Riots and democracy are the buzz on all the front pages and television news these days in Spain. Politicians and protesters oppose these two concepts while remaining within the same ideological universe: some say riots occur because there is no democracy, while others say there is no place for riots in a democracy. If we already discussed the counterproductive nature of riots ariots as a tactic, today we will critique the reactionary ideology peddled to us by one or the other side during this empty debate.
Democracy, opinion, and expression
Democratic ideology tells us that in a parliamentary democracy the opinions of the governed rather than the interests of the ruling class are what sets general policy. The system claims to ensure that all opinions can be represented within the political apparatus of the state through the electoral ceremony, a mass opinion poll that, in many places, is also mandatory.
What is left unsaid is the fact that opinion is the product of a large industry: that of the media, the educational apparatus and social participation, those pillars of democracy. And that the same electoral ceremony represents more than anything else the isolation of the individual who is asked to put himself for a moment in the place of the state and express those variants of the publicized opinion that have made the greatest impression on him by choosing between different teams of managers.
According to this ideology, expressing one' s opinion would be the engine of political change and the freedom to express it the guarantee that it is equally possible for everyone to shift democratic opinion.
There is a basic problem: reducing the political struggle to the exercise of the expression of opinions, understood as a lever to modify opinion and therefore the action of the state, is a contradiction in several steps that breaks down on all sides on further inspection.
Firstly expressing opinions per se is a powerless move against the opinion-producing industry... its only chance at being heard is to become instrumentalized. Secondly the state' s actions and guidance may attempt to present themselves as reflecting the opinion it produces.... but the ends of the state are given by the nature and needs of the system, not by anyone's opinion.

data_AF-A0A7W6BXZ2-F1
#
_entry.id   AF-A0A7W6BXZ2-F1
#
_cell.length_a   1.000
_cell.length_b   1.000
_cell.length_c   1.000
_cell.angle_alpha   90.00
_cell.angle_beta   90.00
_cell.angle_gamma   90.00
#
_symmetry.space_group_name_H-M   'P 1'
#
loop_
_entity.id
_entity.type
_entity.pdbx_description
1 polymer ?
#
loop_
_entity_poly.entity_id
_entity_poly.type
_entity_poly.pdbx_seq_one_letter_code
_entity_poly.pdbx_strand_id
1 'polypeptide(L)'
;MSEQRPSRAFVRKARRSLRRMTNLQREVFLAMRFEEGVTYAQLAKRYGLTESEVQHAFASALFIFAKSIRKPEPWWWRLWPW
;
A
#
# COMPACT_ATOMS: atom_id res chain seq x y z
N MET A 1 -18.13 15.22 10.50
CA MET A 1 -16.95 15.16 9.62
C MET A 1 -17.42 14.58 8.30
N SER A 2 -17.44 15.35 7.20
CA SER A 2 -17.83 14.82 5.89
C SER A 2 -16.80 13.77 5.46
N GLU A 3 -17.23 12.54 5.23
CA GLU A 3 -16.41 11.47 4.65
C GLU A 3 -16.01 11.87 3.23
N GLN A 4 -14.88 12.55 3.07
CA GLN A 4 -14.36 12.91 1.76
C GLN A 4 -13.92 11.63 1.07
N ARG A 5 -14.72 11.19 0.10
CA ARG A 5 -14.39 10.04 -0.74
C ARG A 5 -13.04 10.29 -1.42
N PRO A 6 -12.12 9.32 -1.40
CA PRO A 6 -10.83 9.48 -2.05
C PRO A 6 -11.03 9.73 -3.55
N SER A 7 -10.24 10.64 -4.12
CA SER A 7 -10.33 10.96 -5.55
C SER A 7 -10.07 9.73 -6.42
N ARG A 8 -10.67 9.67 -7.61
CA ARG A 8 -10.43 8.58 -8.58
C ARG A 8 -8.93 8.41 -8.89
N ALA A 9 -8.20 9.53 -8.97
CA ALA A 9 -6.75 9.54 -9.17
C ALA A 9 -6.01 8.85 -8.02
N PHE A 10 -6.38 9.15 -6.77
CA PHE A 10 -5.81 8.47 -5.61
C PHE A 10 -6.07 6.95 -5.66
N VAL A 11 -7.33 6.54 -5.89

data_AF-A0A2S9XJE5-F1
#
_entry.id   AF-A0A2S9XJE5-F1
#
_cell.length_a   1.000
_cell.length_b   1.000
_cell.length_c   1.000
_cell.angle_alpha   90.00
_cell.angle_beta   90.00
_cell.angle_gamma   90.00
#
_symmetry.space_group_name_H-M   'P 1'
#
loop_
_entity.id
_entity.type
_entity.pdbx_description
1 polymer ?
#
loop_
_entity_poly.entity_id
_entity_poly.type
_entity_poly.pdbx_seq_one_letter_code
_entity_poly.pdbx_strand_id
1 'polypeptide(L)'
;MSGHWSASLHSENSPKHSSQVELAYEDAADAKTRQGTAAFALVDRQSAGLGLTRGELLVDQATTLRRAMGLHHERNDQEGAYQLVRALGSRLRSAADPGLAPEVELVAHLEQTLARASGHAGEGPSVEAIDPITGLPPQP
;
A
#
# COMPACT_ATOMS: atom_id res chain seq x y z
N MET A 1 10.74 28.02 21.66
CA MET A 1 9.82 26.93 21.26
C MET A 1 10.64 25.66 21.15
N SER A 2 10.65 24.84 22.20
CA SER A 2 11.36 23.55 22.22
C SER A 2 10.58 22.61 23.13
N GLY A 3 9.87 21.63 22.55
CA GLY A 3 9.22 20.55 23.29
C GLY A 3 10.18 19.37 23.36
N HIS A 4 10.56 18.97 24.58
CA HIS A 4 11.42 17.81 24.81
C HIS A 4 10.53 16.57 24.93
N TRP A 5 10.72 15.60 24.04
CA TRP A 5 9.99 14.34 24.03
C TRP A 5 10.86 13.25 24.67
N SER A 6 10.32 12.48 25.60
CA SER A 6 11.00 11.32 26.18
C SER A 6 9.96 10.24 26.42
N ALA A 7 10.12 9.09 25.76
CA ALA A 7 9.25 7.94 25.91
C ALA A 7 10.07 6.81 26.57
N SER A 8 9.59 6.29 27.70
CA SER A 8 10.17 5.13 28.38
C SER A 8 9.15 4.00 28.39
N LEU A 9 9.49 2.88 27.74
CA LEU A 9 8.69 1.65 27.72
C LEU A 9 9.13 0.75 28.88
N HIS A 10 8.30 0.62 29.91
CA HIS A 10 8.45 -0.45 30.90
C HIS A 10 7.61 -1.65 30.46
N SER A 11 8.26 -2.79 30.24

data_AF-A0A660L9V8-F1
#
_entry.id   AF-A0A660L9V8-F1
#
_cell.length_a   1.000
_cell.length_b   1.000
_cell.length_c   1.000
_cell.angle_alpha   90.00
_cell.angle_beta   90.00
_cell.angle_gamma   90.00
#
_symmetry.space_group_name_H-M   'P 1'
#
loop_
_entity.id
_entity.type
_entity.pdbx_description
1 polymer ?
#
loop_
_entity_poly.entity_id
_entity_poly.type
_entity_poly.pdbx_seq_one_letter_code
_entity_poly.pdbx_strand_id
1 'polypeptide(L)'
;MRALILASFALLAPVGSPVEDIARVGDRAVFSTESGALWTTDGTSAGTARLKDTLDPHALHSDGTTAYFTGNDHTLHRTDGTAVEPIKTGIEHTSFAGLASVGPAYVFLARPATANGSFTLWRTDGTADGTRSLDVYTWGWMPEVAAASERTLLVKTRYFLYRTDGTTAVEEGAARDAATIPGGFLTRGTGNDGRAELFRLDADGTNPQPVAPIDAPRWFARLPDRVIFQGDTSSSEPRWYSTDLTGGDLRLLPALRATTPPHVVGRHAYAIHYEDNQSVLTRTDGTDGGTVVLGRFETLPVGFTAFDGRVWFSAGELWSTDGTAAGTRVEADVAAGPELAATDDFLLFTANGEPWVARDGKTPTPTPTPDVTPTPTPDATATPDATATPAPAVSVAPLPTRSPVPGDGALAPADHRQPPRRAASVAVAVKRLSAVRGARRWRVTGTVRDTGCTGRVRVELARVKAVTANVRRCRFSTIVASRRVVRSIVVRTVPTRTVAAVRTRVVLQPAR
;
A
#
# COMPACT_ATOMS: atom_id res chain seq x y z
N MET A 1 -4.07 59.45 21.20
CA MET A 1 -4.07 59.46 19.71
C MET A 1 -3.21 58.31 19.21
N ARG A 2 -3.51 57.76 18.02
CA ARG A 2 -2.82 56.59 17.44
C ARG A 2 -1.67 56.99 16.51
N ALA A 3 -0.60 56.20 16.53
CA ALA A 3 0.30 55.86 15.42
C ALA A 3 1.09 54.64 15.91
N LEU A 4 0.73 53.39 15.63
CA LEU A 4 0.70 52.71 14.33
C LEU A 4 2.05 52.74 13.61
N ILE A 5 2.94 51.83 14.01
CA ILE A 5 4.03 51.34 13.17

The alleged sufficiency of expression and riots
For democratic ideology, engaging in politics would therefore be, above all, expressing oneself publicly. That is what the media and politicians tell us every day.
The paradox being that those who embrace rioting as a tactic are doing the same thing!!!! Rioting is for them a form of expression that when it makes itself heardand gets picked up in the media manufacturing opinion for the system, it could change things.
How? Out of pure democratic magic.
Believing in the political utility of riots is not only a form of accepting to leave the terrain of class struggle, it is pure democratism, i.e., pure magical thinking.
Netflix ideology: revolution as some huge riots
Democracy as an ideology affirms the citizen in order to dilute the existence of classes and conflicts. The citizen wears more clothes than Barbie: he is a consumer, voter, protester, shopkeeper, entrepreneur, environmental defender.... Everything as an individual and everything and anything except a class-interest-conscious worker. The citizen par excellence is the responsible and well-meaning petty bourgeois democrat.
Denying the working class, denying classes as political subjects, lies at the heart of the democratic ideology.
That is why it reproduces, in its own way, clichés of the most reactionary ruling classes of all times with its own twist. The first: revolution is either a coup d'état -the classic tenet of reactionary thought against the Russian Revolution, for instance- or else it is nothing more than a purposeless, futureless rampage, what Hollywood and Netflix keep telling us again and again.
What's really interesting is how this ideology, the B-side of democratism, reactionary to say the least, permeates the advocates of rioting as a political tactic. The image above, a screenshot from a social network taken yesterday, clearly illustrates this. The Bolshevik three year period which featured [the emergence of the proletariat in Spain as a determining political subject](http://marxismo. school/cuadernos/7#mcb_toc_head10), the background of the world revolution, the presence and massive debate on the Russian Revolution, the peasant insurrections throughout the peninsula and the revolutionary general strikes... are reduced to memes of toppling city streetcars and smashing street furniture.
Obviously in the context of a revolutionary moment, riots are not the determining factor. That is why the ruling classes of all ages try to reduce revolution to riots, to public order problems that they can handle in a purely repressive manner. Of course, riots did not represent political leverage for anything during the Spanish Bolshevik triennium. Those who saw hope in them were the same classes that still sighed with relief over a _Tragic Week_ in which class strength had been diverted to burning convents, churches and properties of the odious Catholic church... and therefore renouncing to question the bases of the class power of the bourgeoisie and its state.